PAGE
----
About Alan Reynolds

Poet born and raised in North Carolina and now after a sojourn in England a long-time resident of the Netherlands. More than 3,000 poems, many published in US and UK literary magazines and on CD and in books.

An Egret’s Search for One Good Human (Episode 1)

An Egret’s Search for One Good Human

‘Why can’t you be nice?’ I asked.
‘We can’t, because we’re people,’
the humans beings replied.

The birds and the other beings
nodded. ‘That’s the truth,’
they all said together.

‘If you are born a human
you’ll be bad.’
I wanted a different answer.

‘Can’t some of them change?’
I asked. I saw shaking heads.
‘Maybe,’ said one chicken.

She walked to the people.
They killed her dead
just because they could.

Exit Left

We listened but we didn’t do a thing.
Oh, Samantha marched, and Luther read a list,
and I chaired meetings. Glenda did I Ching.
And none of us believed apologists

for industries who claimed their little bits
of damage to our home lands weren’t so bad.
But Do? But Fight? A third of us signed chits
demanding less pollution. We were glad

we’d been so active, while we’d stayed polite.
We stayed on in the cities. We consumed.
The storm clouds thickened; we turned up the light
and read our anthems while the rockets zoomed

and birth control was honoured in the breech.
Jehovah gave his day job up to teach.

Drawbridge by the Drommedaris

Haze eats the horizon as I stand my watch.
Flocked swallows settle in a second then
flit up into the one remaining swatch
of sky the storm clouds have not painted in.
A woman hangs wet watch to catch the wind.
A yellow duckling bobbles in boats’ wakes
and boys dive where the inner harbour takes
its leave of city and runs to the sea.
The grey comes down as softly as the flakes
of bridge paint that the rust and time set free.

The Drommedaris, built starting in 1540, is a historic fortress tower in Enkhuizen that is now used as a cultural centre and for special events.

Questioning Anon’s Logic

Logic by ‘Anon’ from The Faber Book of Useful Verse, edited by Simon Brett, 1981, p. 127.

Good wine maketh good blood.
Good blood maketh good humours.
Good humours maketh good thoughts.
Good thoughts bring forth good works.
Good works carry a man to heaven.
Ergo. Good wine carrieth a man to heaven.

For wine to make good blood, or even bad,
requires a highly fictive evolution.
And humours, unless the poet ‘Anon’ means fluids,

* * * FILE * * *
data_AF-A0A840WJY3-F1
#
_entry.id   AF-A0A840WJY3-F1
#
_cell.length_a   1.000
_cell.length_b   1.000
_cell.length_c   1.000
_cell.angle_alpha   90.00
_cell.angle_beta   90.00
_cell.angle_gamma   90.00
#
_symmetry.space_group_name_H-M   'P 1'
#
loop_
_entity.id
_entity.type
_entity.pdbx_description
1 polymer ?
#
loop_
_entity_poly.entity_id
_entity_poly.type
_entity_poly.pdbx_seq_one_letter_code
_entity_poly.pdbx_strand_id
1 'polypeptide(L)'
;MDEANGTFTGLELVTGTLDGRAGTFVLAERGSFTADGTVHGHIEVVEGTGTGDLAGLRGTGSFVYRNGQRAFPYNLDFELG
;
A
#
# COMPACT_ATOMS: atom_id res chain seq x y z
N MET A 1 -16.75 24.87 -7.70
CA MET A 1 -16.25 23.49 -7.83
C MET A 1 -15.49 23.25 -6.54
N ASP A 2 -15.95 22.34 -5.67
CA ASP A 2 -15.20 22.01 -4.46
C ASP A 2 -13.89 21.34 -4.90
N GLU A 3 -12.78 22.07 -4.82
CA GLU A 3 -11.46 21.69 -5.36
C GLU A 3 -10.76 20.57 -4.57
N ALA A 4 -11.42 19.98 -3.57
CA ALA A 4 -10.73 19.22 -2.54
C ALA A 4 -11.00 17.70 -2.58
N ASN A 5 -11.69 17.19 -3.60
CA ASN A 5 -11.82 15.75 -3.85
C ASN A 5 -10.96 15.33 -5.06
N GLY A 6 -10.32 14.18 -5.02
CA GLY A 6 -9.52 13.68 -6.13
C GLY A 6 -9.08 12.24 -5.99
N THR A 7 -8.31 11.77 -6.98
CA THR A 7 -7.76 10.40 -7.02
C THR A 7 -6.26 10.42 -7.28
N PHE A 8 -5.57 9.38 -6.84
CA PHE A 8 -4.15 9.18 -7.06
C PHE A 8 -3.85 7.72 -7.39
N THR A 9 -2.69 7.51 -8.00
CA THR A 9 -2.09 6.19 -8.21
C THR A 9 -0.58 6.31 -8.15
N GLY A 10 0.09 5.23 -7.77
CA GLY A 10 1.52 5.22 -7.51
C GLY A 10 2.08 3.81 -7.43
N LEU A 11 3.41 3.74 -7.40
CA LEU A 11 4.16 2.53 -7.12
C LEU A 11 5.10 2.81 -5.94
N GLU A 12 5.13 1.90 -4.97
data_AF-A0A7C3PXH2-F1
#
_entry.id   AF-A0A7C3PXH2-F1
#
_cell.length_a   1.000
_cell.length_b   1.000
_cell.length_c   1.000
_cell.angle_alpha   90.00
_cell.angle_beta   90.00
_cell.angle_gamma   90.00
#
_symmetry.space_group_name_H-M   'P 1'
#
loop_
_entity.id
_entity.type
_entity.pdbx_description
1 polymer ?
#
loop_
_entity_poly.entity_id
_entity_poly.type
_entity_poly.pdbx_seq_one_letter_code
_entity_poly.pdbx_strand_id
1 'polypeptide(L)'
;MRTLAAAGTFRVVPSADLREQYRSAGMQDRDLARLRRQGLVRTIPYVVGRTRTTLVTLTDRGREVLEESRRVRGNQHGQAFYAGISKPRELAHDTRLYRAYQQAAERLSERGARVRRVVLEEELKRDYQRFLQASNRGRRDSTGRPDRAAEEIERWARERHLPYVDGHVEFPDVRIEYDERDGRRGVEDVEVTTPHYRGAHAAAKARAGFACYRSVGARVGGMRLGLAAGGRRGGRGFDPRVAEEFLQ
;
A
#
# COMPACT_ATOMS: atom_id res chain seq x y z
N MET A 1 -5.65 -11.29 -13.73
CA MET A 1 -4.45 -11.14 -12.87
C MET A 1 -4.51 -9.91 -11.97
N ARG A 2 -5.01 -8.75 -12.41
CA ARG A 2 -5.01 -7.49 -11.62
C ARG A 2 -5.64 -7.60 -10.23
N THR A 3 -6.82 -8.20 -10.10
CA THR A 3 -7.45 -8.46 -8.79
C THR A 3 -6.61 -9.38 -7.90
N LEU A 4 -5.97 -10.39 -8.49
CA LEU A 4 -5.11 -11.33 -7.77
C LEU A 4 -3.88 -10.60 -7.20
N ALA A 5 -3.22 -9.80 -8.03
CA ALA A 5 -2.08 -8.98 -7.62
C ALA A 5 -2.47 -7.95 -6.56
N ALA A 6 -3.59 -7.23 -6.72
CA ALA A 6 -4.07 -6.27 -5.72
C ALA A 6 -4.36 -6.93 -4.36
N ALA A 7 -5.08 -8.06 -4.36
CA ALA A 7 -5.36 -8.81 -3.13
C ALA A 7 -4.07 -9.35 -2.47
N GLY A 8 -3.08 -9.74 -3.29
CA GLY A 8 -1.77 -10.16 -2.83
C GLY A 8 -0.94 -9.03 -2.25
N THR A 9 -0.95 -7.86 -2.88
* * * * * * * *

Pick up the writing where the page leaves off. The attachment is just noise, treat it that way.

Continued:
are not the same as blood in any way.
That humours might engender benign works
is so far figurative that it has no meaning,
for all of history teaches that good thoughts
result in nothing often, or in works
as often bad as good, so how can this,
this homily from ‘Anon,’ be any proof
there even is a heaven, much less one
to which a man gets carried if he drinks?

whip ugly stick

listening to hopkins whip an ugly stick
listening to hopkins whip an ugly stick
looking over mountains never seen

a lonesome dream intruding on the blues
a lonesome dream intruding on these blues
money crisis creeps across the world

people choosing to think that they are choosing
people choosing to think that they are choosing
which side they will elect to rule the losing

bird serenading to an empty nest
bird serenading to an empty nest
black bird singing to a whitewashed empty nest

one more time most of the people failing
one more time most of the people failing
to see the cliffs they are building to jump off

foreign worker needing nails to drive
foreign worker needing nails to drive
into the cross the rich man make him carry

free from your last spell you seek out another
free from your last spell you seek out another
can’t think about the things you made me do

dancing with my arms out like a windmill
dancing with my arms out like a mill
wondering what i’ll do if the music starts

hearing riffs and seeing candy dancers
seeing necromancers hearing stiffs
gandy dancers standing on my hands

slow tunes escaping from my weary head
slow tunes escaping from my weary head
bald as the goat found drowned at john o’groats

Altea Dawn

A shadow, first this week, slips on the stones
and falls in place. The plaza comes to life.
A sparrow watches cats cart off the bones
of cutlets from the tasca. Sparrow’s wife
welcomes back the sun with song and cluck
and curtsies to the cats as they pad by,
pause to stretch, and wonder if their luck
extends to lunch on sparrow. Worth a try?
A lizard who’s anticipating flies
tries his tongue out, flicking at the light
reflecting from the broken glass that lies
where the waiter let it fall last night.
I let the hot cortado chase my yawn
and thanks my stars for sun. Altea dawn.